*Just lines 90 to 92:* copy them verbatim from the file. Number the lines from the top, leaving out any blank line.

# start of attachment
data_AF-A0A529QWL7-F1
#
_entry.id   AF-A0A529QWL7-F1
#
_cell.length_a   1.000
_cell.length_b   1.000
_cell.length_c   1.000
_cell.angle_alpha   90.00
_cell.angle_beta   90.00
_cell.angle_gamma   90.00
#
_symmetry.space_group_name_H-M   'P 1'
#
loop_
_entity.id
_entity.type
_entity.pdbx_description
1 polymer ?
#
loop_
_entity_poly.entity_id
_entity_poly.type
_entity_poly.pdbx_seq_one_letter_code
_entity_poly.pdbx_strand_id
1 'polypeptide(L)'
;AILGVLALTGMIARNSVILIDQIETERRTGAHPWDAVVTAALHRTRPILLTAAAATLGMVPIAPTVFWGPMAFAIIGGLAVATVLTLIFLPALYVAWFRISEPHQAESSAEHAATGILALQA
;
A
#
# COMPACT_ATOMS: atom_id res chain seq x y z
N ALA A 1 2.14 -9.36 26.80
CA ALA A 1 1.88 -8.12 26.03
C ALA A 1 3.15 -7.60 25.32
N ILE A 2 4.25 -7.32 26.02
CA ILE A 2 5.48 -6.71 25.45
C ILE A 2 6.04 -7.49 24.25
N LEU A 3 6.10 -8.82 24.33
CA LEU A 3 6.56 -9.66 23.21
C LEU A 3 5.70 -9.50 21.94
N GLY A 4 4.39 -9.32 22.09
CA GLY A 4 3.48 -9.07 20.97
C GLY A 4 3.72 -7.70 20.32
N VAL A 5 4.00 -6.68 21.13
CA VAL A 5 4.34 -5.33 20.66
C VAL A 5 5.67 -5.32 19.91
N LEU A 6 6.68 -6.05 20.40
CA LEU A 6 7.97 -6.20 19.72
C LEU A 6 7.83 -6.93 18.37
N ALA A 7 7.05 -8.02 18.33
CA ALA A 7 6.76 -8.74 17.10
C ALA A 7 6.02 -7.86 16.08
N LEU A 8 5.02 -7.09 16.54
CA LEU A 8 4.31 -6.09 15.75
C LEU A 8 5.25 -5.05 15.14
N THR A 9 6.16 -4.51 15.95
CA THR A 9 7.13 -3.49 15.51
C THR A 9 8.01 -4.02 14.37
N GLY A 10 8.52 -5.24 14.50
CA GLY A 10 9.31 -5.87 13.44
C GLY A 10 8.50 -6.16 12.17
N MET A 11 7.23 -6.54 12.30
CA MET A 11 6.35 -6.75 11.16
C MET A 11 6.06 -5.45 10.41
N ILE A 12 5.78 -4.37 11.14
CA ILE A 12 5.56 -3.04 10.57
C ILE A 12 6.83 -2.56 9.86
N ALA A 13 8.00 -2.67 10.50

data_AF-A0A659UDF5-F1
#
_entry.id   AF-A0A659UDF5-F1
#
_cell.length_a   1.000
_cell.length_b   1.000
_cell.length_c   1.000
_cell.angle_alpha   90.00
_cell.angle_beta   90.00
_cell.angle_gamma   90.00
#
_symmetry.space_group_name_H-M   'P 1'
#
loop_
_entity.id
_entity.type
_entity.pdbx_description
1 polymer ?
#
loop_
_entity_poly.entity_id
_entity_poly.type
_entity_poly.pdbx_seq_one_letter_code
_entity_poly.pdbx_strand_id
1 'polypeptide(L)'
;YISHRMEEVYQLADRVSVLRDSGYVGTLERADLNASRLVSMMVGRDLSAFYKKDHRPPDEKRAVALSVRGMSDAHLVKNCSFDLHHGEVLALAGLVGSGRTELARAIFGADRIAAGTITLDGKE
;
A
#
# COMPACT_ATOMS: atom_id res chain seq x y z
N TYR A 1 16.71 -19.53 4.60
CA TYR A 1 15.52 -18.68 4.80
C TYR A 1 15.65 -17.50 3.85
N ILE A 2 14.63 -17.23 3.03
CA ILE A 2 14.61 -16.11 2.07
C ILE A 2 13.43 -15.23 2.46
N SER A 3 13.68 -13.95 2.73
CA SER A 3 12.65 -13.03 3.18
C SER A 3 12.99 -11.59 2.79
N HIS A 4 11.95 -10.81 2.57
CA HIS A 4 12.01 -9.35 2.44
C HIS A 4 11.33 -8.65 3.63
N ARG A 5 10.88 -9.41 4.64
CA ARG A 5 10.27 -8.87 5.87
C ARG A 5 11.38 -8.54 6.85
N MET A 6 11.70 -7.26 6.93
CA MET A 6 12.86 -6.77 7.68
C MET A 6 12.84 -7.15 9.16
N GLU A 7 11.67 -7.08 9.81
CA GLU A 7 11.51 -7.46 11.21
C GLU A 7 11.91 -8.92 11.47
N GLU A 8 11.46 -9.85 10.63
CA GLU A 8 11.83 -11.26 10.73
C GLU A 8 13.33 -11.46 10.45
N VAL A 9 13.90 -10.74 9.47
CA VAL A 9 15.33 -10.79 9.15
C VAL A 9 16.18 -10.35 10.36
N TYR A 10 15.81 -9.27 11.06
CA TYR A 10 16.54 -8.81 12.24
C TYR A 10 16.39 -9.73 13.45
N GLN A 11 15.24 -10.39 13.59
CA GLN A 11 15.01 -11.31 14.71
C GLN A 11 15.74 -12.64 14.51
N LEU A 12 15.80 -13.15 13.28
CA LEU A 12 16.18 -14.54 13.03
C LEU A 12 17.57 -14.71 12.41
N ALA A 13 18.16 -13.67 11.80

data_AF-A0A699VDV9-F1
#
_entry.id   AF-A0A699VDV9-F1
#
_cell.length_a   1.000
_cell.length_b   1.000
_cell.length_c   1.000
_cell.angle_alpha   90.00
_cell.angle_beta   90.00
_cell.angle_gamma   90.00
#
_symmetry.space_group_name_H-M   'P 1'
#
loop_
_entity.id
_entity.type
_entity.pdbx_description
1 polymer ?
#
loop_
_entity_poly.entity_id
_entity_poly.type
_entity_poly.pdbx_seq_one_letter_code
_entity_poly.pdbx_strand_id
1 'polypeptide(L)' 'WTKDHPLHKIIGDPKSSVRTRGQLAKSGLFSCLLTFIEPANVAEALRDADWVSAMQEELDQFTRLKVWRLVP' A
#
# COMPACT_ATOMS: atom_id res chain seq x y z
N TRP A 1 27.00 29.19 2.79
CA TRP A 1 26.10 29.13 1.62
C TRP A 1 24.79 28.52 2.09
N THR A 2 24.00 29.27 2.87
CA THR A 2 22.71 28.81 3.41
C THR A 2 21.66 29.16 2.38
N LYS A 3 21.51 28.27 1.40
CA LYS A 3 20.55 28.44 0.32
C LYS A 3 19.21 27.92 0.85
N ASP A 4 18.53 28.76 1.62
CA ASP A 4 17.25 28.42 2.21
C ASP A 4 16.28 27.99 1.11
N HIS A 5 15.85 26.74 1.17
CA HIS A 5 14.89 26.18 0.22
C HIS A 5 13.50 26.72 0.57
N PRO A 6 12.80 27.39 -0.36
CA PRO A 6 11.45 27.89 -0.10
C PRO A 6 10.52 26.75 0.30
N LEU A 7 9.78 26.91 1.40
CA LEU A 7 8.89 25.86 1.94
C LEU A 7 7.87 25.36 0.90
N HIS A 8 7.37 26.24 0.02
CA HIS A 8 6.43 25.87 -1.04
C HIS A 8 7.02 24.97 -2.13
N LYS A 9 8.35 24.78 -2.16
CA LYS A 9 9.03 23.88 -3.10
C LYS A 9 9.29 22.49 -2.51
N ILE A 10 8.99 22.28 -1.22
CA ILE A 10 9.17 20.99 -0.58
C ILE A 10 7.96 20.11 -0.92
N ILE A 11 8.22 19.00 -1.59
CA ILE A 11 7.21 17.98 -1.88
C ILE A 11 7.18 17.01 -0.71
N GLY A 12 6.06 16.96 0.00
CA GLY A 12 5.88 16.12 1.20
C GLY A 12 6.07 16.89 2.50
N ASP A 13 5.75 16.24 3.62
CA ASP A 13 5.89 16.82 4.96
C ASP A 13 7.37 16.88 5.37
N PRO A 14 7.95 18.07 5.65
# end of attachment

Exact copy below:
_entity_poly.pdbx_seq_one_letter_code
_entity_poly.pdbx_strand_id
1 'polypeptide(L)'